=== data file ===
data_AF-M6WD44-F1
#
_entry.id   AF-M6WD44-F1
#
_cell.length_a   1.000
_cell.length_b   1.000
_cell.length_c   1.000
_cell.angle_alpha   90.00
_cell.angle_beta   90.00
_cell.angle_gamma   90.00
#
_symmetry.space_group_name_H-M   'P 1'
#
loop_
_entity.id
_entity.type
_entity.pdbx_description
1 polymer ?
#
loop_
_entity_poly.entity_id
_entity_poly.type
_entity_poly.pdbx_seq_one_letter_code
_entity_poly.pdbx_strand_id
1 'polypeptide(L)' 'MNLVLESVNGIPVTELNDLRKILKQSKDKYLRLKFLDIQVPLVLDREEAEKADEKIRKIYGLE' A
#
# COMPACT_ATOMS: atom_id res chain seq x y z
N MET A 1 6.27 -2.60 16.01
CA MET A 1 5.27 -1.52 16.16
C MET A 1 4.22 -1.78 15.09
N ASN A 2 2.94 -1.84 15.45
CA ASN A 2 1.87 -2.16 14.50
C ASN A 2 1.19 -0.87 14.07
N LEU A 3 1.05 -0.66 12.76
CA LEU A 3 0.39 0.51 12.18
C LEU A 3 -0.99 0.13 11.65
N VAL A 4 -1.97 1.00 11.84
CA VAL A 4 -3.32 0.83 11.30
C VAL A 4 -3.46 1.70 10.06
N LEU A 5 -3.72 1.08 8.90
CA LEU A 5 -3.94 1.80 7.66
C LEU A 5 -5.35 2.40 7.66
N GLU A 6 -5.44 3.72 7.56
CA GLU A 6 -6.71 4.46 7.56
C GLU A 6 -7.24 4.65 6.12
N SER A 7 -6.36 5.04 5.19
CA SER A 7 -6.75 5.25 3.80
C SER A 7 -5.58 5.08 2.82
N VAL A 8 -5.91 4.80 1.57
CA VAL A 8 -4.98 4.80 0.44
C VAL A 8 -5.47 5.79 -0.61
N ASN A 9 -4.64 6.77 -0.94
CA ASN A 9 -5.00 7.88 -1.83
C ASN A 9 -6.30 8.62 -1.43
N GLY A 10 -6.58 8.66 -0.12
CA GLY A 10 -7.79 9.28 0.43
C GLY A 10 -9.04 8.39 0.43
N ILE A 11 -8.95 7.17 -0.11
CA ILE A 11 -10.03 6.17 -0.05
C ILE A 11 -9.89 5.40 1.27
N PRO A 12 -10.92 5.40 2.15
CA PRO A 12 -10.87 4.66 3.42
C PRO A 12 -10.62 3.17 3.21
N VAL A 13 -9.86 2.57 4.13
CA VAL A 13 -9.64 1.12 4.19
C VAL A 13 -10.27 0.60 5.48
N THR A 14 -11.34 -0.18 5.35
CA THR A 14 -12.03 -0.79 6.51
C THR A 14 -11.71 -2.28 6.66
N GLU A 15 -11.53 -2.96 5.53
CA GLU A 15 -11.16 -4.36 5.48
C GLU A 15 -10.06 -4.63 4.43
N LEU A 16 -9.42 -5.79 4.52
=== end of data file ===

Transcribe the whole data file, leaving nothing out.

data_AF-M6WD44-F1
#
_entry.id   AF-M6WD44-F1
#
_cell.length_a   1.000
_cell.length_b   1.000
_cell.length_c   1.000
_cell.angle_alpha   90.00
_cell.angle_beta   90.00
_cell.angle_gamma   90.00
#
_symmetry.space_group_name_H-M   'P 1'
#
loop_
_entity.id
_entity.type
_entity.pdbx_description
1 polymer ?
#
loop_
_entity_poly.entity_id
_entity_poly.type
_entity_poly.pdbx_seq_one_letter_code
_entity_poly.pdbx_strand_id
1 'polypeptide(L)' 'MNLVLESVNGIPVTELNDLRKILKQSKDKYLRLKFLDIQVPLVLDREEAEKADEKIRKIYGLE' A
#
# COMPACT_ATOMS: atom_id res chain seq x y z
N MET A 1 6.27 -2.60 16.01
CA MET A 1 5.27 -1.52 16.16
C MET A 1 4.22 -1.78 15.09
N ASN A 2 2.94 -1.84 15.45
CA ASN A 2 1.87 -2.16 14.50
C ASN A 2 1.19 -0.87 14.07
N LEU A 3 1.05 -0.66 12.76
CA LEU A 3 0.39 0.51 12.18
C LEU A 3 -0.99 0.13 11.65
N VAL A 4 -1.97 1.00 11.84
CA VAL A 4 -3.32 0.83 11.30
C VAL A 4 -3.46 1.70 10.06
N LEU A 5 -3.72 1.08 8.90
CA LEU A 5 -3.94 1.80 7.66
C LEU A 5 -5.35 2.40 7.66
N GLU A 6 -5.44 3.72 7.56
CA GLU A 6 -6.71 4.46 7.56
C GLU A 6 -7.24 4.65 6.12
N SER A 7 -6.36 5.04 5.19
CA SER A 7 -6.75 5.25 3.80
C SER A 7 -5.58 5.08 2.82
N VAL A 8 -5.91 4.80 1.57
CA VAL A 8 -4.98 4.80 0.44
C VAL A 8 -5.47 5.79 -0.61
N ASN A 9 -4.64 6.77 -0.94
CA ASN A 9 -5.00 7.88 -1.83
C ASN A 9 -6.30 8.62 -1.43
N GLY A 10 -6.58 8.66 -0.12
CA GLY A 10 -7.79 9.28 0.43
C GLY A 10 -9.04 8.39 0.43
N ILE A 11 -8.95 7.17 -0.11
CA ILE A 11 -10.03 6.17 -0.05
C ILE A 11 -9.89 5.40 1.27
N PRO A 12 -10.92 5.40 2.15
CA PRO A 12 -10.87 4.66 3.42
C PRO A 12 -10.62 3.17 3.21
N VAL A 13 -9.86 2.57 4.13
CA VAL A 13 -9.64 1.12 4.19
C VAL A 13 -10.27 0.60 5.48
N THR A 14 -11.34 -0.18 5.35
CA THR A 14 -12.03 -0.79 6.51
C THR A 14 -11.71 -2.28 6.66
N GLU A 15 -11.53 -2.96 5.53
CA GLU A 15 -11.16 -4.36 5.48
C GLU A 15 -10.06 -4.63 4.43
N LEU A 16 -9.42 -5.79 4.52